Linda Armstrong, an immigration attorney with Butzel Long in Detroit offers insight into the changes that have taken place:
GPWA: Linda, it seems like the INS has not changed much besides its name. On its fact sheet, however, the BCIS claims several improvements and success stories. One success, namely the reduction of their naturalization application backlog from more than 2 million in 1998 to less than 600,000 in 2002 definitely sounds impressive. Has this reorganization similarly effected the turnaround times for you and your clients?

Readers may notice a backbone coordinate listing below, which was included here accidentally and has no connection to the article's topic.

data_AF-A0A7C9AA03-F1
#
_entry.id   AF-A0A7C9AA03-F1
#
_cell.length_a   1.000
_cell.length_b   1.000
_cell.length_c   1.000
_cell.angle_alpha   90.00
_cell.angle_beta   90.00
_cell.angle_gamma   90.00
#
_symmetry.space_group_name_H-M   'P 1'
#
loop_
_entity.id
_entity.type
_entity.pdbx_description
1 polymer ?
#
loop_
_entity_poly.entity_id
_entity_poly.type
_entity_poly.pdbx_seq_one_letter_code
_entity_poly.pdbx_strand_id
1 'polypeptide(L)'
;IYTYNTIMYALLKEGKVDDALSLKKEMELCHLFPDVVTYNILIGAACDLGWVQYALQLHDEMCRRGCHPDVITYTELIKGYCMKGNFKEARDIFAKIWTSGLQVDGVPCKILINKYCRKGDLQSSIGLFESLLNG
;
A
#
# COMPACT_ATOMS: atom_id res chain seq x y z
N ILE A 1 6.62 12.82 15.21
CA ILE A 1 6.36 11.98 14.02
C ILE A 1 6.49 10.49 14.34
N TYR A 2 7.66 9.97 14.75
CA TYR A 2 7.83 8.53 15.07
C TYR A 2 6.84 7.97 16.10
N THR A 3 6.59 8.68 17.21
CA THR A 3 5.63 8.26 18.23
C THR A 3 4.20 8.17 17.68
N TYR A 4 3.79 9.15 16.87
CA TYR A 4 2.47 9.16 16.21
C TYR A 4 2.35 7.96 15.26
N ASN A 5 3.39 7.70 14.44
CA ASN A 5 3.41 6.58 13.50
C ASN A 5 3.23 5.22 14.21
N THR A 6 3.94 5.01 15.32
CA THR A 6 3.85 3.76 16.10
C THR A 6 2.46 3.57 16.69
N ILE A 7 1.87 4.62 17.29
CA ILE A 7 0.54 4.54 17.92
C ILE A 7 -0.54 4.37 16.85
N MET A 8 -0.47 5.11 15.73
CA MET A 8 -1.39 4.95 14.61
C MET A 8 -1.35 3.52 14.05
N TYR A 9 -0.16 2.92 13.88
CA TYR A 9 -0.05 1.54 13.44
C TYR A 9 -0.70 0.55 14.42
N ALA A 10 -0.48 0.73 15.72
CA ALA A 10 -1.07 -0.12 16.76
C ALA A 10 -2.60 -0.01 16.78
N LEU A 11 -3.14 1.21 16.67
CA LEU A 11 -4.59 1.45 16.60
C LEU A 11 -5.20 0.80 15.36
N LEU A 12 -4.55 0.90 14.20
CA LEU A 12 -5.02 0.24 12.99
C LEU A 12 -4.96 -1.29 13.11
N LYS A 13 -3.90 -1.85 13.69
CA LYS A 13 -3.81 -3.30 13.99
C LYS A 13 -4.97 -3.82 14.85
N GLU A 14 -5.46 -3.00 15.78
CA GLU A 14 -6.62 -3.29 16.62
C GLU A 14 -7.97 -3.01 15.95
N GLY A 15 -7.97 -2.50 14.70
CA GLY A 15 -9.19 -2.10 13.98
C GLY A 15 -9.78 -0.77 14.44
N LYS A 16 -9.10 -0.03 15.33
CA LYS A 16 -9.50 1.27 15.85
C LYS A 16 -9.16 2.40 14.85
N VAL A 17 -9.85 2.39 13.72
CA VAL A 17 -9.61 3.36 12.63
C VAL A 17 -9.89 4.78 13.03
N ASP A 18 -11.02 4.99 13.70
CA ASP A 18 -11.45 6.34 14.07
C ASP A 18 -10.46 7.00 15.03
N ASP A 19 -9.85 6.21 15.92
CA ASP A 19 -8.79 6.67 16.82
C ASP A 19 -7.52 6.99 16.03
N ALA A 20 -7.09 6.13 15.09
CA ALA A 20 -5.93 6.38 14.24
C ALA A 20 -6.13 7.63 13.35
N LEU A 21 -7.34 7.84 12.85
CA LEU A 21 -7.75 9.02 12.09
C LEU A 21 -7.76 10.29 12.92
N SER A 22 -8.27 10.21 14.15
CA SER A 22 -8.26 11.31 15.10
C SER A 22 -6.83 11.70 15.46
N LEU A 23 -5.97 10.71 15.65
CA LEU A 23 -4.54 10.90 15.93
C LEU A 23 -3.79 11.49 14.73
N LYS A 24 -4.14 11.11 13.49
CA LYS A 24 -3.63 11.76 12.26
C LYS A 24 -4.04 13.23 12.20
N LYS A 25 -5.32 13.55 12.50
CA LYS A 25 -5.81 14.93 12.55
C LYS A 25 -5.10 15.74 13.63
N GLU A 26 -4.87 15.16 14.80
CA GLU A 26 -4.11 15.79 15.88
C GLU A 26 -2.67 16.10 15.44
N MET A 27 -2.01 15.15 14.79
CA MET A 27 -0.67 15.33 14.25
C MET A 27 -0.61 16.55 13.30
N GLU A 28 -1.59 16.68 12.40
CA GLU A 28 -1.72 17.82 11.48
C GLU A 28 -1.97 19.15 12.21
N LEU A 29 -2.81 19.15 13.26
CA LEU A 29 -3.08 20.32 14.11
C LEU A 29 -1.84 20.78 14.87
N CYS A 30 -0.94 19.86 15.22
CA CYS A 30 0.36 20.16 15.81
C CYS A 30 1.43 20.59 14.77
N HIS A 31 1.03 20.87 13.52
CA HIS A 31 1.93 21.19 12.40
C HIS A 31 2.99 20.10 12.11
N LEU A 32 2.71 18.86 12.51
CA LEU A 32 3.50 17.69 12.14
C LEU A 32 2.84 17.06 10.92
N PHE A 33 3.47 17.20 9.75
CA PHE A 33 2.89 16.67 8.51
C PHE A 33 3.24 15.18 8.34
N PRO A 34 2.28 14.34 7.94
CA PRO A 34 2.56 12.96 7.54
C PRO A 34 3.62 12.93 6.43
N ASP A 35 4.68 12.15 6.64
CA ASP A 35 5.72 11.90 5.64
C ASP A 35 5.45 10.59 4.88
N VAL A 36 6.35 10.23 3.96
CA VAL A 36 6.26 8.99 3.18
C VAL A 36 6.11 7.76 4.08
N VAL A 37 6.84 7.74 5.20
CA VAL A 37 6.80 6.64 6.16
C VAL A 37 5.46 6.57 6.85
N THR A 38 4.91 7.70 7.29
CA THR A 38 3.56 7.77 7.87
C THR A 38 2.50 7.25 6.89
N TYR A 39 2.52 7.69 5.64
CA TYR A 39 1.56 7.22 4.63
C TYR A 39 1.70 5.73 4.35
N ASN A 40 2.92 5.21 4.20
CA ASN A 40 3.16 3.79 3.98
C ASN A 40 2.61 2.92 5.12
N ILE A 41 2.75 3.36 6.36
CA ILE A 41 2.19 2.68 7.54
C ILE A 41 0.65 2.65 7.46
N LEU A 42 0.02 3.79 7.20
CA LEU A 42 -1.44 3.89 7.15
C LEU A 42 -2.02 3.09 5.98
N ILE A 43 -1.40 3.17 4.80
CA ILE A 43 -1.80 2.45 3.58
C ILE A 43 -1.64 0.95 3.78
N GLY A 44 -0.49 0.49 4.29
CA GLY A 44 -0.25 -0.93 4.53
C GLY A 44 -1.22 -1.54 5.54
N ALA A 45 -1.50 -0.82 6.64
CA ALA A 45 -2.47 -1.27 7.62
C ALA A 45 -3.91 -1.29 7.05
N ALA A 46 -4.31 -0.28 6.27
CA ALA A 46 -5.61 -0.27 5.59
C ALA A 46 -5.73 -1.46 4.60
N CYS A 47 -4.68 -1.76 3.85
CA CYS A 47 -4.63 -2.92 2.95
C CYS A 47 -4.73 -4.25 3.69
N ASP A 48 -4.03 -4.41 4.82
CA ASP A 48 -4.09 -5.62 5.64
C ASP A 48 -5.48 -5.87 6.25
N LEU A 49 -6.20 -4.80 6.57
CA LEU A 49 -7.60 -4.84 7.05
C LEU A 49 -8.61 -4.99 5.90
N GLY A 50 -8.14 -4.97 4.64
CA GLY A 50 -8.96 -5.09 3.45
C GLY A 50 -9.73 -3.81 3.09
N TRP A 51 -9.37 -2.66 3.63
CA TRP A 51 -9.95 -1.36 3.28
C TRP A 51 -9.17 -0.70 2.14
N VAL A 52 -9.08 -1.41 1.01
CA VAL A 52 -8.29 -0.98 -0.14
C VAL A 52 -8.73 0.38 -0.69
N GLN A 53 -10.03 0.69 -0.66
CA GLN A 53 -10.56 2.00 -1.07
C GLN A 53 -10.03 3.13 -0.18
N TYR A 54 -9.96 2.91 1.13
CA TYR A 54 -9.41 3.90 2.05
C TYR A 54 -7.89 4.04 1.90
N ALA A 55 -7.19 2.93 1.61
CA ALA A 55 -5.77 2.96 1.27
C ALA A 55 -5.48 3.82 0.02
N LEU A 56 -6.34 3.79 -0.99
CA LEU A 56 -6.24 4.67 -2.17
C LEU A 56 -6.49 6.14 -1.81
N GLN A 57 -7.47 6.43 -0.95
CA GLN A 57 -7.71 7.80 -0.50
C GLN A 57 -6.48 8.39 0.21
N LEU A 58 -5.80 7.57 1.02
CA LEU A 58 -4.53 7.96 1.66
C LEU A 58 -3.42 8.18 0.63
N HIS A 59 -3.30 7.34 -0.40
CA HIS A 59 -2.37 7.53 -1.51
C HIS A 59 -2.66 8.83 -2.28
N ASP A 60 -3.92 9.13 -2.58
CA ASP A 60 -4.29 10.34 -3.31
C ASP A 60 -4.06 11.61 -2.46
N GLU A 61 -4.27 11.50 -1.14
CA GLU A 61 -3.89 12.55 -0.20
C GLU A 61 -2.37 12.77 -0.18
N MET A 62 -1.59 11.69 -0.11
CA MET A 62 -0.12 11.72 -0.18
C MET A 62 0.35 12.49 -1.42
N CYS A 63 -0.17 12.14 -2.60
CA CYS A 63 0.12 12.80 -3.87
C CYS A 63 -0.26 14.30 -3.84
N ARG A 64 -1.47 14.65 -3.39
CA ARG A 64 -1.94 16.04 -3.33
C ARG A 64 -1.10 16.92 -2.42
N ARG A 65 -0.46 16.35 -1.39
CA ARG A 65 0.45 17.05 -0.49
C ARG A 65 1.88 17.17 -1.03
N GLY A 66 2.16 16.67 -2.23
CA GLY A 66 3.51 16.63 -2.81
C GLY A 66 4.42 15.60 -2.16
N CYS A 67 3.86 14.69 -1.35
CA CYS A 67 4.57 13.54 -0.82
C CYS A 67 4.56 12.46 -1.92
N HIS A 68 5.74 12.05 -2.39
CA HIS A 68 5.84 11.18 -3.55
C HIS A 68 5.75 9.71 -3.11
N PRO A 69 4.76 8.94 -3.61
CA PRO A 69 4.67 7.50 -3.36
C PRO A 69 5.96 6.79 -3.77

Linda: First of all, I need to explain that things are a lot more complex than is apparent at the first glance. Many functions of the former INS are now represented at www.immigration.gov but even this website is outdated as we are speaking. The BCIS is now called the USCIS to avoid the use of the word “Bureau.” To complicate things, the USCIS is only one of three government agencies that have taken on functions of the former INS, namely the USCIS, the USCBP (US Customs and Border Protection), and the USICE (Immigration and Customs Enforcement).
GPWA: That certainly does sound very complex. Coming back to turnaround times – what has been your personal experience?